It’s important to keep in mind the toys’ age range and safety when purchasing toys and gifts this holiday season. December is Safe Toys and Gifts Awareness Month in the United States. Particularly for infants and young children under three, Advanced Eyecare Optometry urges everyone to think carefully about whether the toys they want to give fit the age and unique skills and abilities of the child who will receive them. Please keep the following recommendations in mind when selecting safe toys for kids of all ages during this holiday season and beyond!

Safe Toys and Gifts Awareness Month

  • Examine every toy before you buy it. Steer clear of those that shoot or have flying parts. The toy should be free of points and sharp edges, and it should be durable enough to sustain knocks and bruises without breaking or coming apart easily.
  • When buying toys for kids with special needs, try to: Select toys that can stimulate multiple senses, like sound, movement, and texture; take into account interactive toys so the kid can play with other kids; and consider the toy’s size and the position a child would need to play with it.
  • Examine toys your child has received with diligence.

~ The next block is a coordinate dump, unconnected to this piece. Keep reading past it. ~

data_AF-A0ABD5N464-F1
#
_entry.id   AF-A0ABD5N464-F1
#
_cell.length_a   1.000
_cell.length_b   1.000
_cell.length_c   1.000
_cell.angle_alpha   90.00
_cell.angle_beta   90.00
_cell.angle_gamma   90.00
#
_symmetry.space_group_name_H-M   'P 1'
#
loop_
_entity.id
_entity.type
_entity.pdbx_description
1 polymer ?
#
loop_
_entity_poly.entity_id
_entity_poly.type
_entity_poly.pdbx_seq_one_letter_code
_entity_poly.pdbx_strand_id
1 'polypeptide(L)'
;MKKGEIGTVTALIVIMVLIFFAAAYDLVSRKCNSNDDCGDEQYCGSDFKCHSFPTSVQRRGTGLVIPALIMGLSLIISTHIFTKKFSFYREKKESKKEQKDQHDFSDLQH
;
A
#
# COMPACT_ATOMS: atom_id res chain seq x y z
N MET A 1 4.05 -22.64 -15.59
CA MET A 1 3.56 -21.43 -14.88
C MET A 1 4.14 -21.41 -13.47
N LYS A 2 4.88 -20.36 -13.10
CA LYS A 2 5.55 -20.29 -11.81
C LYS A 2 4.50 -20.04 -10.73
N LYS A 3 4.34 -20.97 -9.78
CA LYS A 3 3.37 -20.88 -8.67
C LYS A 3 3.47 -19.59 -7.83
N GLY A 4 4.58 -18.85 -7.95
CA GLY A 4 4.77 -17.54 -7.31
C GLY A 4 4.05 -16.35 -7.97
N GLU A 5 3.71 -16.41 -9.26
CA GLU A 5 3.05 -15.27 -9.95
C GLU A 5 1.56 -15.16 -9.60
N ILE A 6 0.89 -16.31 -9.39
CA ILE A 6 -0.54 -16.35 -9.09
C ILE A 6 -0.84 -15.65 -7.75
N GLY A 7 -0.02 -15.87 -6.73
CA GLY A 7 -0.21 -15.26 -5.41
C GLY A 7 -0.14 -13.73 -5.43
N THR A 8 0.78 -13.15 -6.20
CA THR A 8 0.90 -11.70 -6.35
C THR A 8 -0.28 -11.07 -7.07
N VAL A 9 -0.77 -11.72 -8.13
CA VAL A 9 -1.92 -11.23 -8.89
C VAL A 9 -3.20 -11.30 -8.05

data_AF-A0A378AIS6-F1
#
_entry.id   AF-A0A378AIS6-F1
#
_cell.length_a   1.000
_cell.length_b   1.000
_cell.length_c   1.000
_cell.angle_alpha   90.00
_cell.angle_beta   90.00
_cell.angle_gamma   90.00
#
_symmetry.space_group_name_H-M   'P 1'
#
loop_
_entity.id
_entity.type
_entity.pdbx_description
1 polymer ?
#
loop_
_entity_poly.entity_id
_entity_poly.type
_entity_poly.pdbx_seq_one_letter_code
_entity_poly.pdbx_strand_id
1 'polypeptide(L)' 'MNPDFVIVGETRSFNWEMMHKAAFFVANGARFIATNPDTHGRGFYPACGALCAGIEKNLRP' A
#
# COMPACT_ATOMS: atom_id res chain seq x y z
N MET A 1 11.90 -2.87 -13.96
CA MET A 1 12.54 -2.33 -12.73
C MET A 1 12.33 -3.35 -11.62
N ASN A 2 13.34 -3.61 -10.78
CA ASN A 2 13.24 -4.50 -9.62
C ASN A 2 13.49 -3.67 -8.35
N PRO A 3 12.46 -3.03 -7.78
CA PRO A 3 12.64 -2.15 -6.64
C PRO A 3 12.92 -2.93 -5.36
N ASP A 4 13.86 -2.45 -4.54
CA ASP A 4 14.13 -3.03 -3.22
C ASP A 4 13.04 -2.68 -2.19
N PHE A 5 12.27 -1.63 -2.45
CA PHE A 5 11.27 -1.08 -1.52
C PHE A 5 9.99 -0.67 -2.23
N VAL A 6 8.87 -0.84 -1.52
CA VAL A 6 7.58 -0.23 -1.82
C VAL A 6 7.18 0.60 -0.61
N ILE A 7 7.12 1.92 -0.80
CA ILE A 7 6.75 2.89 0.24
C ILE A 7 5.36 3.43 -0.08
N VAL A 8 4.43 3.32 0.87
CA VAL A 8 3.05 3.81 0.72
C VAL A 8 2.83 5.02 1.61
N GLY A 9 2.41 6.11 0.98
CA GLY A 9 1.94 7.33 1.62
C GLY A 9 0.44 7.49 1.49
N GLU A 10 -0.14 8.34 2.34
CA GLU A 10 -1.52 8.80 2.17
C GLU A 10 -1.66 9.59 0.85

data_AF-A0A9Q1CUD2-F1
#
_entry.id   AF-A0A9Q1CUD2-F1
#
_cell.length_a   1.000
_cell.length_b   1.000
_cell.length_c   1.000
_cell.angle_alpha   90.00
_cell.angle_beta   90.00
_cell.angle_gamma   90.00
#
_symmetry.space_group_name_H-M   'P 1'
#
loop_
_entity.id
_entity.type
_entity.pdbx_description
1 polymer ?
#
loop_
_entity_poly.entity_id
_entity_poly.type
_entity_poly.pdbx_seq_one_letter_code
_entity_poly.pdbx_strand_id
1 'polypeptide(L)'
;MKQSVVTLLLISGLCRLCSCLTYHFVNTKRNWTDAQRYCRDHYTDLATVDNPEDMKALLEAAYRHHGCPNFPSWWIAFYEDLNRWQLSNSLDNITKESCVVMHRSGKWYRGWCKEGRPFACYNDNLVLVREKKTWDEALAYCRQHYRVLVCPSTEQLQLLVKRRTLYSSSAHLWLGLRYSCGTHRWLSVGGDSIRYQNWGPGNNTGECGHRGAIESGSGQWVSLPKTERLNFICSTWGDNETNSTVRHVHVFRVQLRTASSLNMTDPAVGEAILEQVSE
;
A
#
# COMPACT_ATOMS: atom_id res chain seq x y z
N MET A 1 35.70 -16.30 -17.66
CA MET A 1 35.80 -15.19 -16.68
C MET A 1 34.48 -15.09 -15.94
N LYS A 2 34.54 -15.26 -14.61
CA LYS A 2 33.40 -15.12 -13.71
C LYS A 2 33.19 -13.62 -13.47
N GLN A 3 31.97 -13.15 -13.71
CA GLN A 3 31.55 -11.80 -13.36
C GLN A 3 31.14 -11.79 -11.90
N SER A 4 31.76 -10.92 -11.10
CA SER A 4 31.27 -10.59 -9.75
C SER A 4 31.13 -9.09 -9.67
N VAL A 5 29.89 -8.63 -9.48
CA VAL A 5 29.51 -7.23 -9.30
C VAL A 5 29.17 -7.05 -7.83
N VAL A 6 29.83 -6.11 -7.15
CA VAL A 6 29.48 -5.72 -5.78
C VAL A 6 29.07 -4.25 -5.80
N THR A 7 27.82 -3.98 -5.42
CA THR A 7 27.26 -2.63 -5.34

• Before letting them play, make sure they meet the necessary developmental milestones and are the right age and skill level.
  • Toys that have passed a safety inspection should have labels that state “ATSM,” which stands for American Society for Testing and Materials.
  • Giving small-part toys (such as magnets and “button” batteries, which can be fatal if swallowed) to young children is not advised because they frequently put objects in their mouths and run the risk of choking.
  • Little children under the age of three should not play with anything that can fit inside a toilet paper roll.
  • Don’t give toys that have heating components or ropes and cords.
  • Markers and crayons should not be given unless they are marked as “nontoxic.”

For more information on Safe Toys and Gifts Month:

Call Prevent Blindness America at 800-331-2020 or

visit www.preventblindness.org/safe-toy-checklist


For more helpful eye care and vision care tips, please visit our main blog page.

Source: American Public Safety Organization

Image by Ylanite Koppens from Pixabay